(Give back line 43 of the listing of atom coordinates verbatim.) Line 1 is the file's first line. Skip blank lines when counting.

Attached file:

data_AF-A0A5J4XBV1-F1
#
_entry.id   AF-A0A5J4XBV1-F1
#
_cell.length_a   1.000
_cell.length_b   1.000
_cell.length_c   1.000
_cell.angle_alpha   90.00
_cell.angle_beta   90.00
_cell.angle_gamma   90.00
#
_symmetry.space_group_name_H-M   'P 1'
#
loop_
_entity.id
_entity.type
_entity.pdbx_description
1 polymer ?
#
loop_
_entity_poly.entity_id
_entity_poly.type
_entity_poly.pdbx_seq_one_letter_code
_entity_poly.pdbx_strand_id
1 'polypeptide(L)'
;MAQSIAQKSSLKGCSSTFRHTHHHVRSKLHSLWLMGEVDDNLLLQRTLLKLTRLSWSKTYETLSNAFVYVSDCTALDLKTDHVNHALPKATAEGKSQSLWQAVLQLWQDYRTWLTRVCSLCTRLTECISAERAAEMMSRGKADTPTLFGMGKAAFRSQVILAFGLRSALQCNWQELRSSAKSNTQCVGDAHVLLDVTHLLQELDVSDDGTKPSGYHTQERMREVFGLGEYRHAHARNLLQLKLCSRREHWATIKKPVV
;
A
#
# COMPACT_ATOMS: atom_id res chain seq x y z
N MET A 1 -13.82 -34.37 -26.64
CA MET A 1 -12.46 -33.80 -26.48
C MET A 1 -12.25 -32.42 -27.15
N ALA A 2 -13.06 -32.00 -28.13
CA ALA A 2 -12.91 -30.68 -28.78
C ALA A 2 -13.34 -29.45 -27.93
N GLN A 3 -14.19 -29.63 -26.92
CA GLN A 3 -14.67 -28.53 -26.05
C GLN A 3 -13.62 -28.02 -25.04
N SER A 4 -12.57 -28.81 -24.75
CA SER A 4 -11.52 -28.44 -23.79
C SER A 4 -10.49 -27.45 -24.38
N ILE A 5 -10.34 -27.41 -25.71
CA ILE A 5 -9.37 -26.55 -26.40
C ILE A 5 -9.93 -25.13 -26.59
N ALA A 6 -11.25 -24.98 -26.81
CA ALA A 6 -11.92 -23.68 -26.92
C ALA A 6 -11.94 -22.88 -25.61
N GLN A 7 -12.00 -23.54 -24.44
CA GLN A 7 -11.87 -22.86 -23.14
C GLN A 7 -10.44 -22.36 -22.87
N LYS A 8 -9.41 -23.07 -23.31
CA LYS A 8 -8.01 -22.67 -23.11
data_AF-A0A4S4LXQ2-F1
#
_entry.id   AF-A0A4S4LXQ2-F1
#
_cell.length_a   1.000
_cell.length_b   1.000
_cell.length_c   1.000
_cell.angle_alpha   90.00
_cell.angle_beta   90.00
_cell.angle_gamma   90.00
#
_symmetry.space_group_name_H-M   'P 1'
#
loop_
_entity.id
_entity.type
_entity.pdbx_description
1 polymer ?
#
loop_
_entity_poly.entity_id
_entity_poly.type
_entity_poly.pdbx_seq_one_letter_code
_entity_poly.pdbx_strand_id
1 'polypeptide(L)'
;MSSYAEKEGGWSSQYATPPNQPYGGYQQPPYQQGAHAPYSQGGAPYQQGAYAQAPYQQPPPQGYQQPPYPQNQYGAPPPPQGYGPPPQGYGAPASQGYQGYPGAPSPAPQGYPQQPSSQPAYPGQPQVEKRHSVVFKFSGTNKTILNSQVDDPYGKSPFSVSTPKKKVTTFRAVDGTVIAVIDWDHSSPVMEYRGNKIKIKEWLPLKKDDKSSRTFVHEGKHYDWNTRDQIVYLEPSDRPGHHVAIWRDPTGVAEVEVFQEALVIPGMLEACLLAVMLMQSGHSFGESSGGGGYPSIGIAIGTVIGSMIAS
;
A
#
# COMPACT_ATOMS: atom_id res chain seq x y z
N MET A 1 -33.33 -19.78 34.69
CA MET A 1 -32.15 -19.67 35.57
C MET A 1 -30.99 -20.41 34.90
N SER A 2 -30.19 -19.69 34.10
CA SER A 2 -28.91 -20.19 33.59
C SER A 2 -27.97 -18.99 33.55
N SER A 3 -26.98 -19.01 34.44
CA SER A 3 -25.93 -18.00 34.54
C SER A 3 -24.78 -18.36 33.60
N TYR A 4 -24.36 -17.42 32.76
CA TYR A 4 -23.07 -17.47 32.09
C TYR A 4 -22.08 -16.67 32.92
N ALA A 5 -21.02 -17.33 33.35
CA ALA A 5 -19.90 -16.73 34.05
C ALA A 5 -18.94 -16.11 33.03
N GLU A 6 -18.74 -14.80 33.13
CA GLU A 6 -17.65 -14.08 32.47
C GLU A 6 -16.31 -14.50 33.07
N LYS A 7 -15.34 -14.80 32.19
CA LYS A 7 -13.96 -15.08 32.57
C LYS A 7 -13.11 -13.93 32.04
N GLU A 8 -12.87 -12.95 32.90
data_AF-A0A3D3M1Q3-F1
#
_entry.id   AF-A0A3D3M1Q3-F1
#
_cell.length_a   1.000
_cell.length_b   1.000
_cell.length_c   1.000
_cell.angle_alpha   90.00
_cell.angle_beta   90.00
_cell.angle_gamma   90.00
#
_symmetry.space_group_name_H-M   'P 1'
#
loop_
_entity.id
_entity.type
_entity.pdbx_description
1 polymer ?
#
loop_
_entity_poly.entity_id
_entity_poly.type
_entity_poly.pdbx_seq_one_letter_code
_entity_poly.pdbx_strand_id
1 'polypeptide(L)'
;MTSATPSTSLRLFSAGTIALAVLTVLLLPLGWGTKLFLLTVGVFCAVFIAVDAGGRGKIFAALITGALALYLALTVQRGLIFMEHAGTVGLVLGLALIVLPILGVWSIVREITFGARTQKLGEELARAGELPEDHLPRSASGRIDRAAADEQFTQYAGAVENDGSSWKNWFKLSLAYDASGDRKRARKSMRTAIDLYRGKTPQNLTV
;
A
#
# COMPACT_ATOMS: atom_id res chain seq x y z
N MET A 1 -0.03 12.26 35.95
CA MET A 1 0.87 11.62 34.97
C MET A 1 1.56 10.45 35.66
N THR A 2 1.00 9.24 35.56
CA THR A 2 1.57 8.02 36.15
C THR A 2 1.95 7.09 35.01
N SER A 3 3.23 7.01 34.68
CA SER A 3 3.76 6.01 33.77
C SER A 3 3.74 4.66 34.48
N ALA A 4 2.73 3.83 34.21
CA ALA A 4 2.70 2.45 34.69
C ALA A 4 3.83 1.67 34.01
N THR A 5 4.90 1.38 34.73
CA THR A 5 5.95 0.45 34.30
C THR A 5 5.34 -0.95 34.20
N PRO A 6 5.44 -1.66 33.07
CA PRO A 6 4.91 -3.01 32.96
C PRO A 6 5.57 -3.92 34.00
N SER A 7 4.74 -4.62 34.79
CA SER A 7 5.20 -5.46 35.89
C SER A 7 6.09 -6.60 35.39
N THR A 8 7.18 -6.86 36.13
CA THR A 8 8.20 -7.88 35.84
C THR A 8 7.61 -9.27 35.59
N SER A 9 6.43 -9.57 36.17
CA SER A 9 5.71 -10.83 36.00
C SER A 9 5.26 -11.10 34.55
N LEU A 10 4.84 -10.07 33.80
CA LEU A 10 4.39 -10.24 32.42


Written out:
N ILE A 5 -10.34 -27.41 -25.71